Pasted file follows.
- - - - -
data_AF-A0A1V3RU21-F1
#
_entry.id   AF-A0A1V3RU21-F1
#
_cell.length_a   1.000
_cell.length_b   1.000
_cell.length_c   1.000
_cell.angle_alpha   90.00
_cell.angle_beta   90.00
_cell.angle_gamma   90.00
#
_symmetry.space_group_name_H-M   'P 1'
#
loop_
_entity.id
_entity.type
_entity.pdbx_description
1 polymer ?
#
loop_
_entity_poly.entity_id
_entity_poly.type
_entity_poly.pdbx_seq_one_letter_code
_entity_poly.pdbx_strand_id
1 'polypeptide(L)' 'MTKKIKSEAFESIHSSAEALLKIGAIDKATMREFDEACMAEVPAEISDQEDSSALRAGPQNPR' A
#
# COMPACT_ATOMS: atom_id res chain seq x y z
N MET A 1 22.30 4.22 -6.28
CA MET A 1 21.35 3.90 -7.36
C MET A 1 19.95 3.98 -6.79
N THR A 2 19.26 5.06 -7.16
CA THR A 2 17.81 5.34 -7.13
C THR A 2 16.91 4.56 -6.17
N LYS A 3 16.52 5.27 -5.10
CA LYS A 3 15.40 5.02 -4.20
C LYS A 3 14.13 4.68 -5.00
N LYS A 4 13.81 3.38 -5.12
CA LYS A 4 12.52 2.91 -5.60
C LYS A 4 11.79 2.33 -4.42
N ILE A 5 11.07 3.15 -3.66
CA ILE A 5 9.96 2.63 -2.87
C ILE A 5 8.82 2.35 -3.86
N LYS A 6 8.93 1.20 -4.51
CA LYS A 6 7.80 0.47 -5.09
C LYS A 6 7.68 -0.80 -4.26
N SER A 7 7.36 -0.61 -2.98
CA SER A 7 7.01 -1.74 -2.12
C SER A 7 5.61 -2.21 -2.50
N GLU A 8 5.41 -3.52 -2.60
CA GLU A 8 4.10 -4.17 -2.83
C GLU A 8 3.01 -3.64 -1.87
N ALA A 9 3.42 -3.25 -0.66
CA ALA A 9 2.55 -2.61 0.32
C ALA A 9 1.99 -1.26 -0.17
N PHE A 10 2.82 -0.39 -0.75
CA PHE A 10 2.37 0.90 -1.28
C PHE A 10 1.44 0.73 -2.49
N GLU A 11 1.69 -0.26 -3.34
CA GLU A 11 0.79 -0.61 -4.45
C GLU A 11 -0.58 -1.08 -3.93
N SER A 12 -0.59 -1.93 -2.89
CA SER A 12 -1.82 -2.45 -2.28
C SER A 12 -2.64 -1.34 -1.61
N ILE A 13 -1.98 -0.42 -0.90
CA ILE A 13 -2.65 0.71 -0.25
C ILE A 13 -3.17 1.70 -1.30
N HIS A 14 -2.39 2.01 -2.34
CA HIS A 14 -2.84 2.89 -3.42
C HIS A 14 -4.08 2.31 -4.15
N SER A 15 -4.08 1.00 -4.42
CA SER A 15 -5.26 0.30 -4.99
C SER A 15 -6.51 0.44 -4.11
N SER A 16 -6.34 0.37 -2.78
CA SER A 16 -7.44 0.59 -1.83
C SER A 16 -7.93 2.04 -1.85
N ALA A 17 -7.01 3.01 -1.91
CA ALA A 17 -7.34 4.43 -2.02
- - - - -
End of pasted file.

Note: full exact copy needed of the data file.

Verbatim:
data_AF-A0A1V3RU21-F1
#
_entry.id   AF-A0A1V3RU21-F1
#
_cell.length_a   1.000
_cell.length_b   1.000
_cell.length_c   1.000
_cell.angle_alpha   90.00
_cell.angle_beta   90.00
_cell.angle_gamma   90.00
#
_symmetry.space_group_name_H-M   'P 1'
#
loop_
_entity.id
_entity.type
_entity.pdbx_description
1 polymer ?
#
loop_
_entity_poly.entity_id
_entity_poly.type
_entity_poly.pdbx_seq_one_letter_code
_entity_poly.pdbx_strand_id
1 'polypeptide(L)' 'MTKKIKSEAFESIHSSAEALLKIGAIDKATMREFDEACMAEVPAEISDQEDSSALRAGPQNPR' A
#
# COMPACT_ATOMS: atom_id res chain seq x y z
N MET A 1 22.30 4.22 -6.28
CA MET A 1 21.35 3.90 -7.36
C MET A 1 19.95 3.98 -6.79
N THR A 2 19.26 5.06 -7.16
CA THR A 2 17.81 5.34 -7.13
C THR A 2 16.91 4.56 -6.17
N LYS A 3 16.52 5.27 -5.10
CA LYS A 3 15.40 5.02 -4.20
C LYS A 3 14.13 4.68 -5.00
N LYS A 4 13.81 3.38 -5.12
CA LYS A 4 12.52 2.91 -5.60
C LYS A 4 11.79 2.33 -4.42
N ILE A 5 11.07 3.15 -3.66
CA ILE A 5 9.96 2.63 -2.87
C ILE A 5 8.82 2.35 -3.86
N LYS A 6 8.93 1.20 -4.51
CA LYS A 6 7.80 0.47 -5.09
C LYS A 6 7.68 -0.80 -4.26
N SER A 7 7.36 -0.61 -2.98
CA SER A 7 7.01 -1.74 -2.12
C SER A 7 5.61 -2.21 -2.50
N GLU A 8 5.41 -3.52 -2.60
CA GLU A 8 4.10 -4.17 -2.83
C GLU A 8 3.01 -3.64 -1.87
N ALA A 9 3.42 -3.25 -0.66
CA ALA A 9 2.55 -2.61 0.32
C ALA A 9 1.99 -1.26 -0.17
N PHE A 10 2.82 -0.39 -0.75
CA PHE A 10 2.37 0.90 -1.28
C PHE A 10 1.44 0.73 -2.49
N GLU A 11 1.69 -0.26 -3.34
CA GLU A 11 0.79 -0.61 -4.45
C GLU A 11 -0.58 -1.08 -3.93
N SER A 12 -0.59 -1.93 -2.89
CA SER A 12 -1.82 -2.45 -2.28
C SER A 12 -2.64 -1.34 -1.61
N ILE A 13 -1.98 -0.42 -0.90
CA ILE A 13 -2.65 0.71 -0.25
C ILE A 13 -3.17 1.70 -1.30
N HIS A 14 -2.39 2.01 -2.34
CA HIS A 14 -2.84 2.89 -3.42
C HIS A 14 -4.08 2.31 -4.15
N SER A 15 -4.08 1.00 -4.42
CA SER A 15 -5.26 0.30 -4.99
C SER A 15 -6.51 0.44 -4.11
N SER A 16 -6.34 0.37 -2.78
CA SER A 16 -7.44 0.59 -1.83
C SER A 16 -7.93 2.04 -1.85
N ALA A 17 -7.01 3.01 -1.91
CA ALA A 17 -7.34 4.43 -2.02